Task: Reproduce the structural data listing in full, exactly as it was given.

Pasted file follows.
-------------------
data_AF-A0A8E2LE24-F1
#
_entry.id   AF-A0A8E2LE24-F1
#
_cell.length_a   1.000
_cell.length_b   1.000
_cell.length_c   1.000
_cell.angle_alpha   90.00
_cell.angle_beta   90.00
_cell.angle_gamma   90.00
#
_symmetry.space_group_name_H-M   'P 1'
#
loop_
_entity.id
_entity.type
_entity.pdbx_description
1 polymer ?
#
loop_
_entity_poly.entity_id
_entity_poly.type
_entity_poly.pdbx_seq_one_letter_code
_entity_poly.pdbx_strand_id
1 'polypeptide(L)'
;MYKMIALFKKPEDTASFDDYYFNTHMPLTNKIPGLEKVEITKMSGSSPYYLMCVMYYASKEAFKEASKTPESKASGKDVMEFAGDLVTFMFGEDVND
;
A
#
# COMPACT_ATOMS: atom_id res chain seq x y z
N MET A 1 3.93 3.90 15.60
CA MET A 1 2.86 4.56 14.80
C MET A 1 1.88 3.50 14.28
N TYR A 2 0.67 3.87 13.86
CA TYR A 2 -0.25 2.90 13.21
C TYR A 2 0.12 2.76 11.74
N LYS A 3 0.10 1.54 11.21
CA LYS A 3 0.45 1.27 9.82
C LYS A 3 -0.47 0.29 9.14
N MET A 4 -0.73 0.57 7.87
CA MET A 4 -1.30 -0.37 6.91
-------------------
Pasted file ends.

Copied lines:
data_AF-A0A8E2LE24-F1
#
_entry.id   AF-A0A8E2LE24-F1
#
_cell.length_a   1.000
_cell.length_b   1.000
_cell.length_c   1.000
_cell.angle_alpha   90.00
_cell.angle_beta   90.00
_cell.angle_gamma   90.00
#
_symmetry.space_group_name_H-M   'P 1'
#
loop_
_entity.id
_entity.type
_entity.pdbx_description
1 polymer ?
#
loop_
_entity_poly.entity_id
_entity_poly.type
_entity_poly.pdbx_seq_one_letter_code
_entity_poly.pdbx_strand_id
1 'polypeptide(L)'
;MYKMIALFKKPEDTASFDDYYFNTHMPLTNKIPGLEKVEITKMSGSSPYYLMCVMYYASKEAFKEASKTPESKASGKDVMEFAGDLVTFMFGEDVND
;
A
#
# COMPACT_ATOMS: atom_id res chain seq x y z
N MET A 1 3.93 3.90 15.60
CA MET A 1 2.86 4.56 14.80
C MET A 1 1.88 3.50 14.28
N TYR A 2 0.67 3.87 13.86
CA TYR A 2 -0.25 2.90 13.21
C TYR A 2 0.12 2.76 11.74
N LYS A 3 0.10 1.54 11.21
CA LYS A 3 0.45 1.27 9.82
C LYS A 3 -0.47 0.29 9.14
N MET A 4 -0.73 0.57 7.87
CA MET A 4 -1.30 -0.37 6.91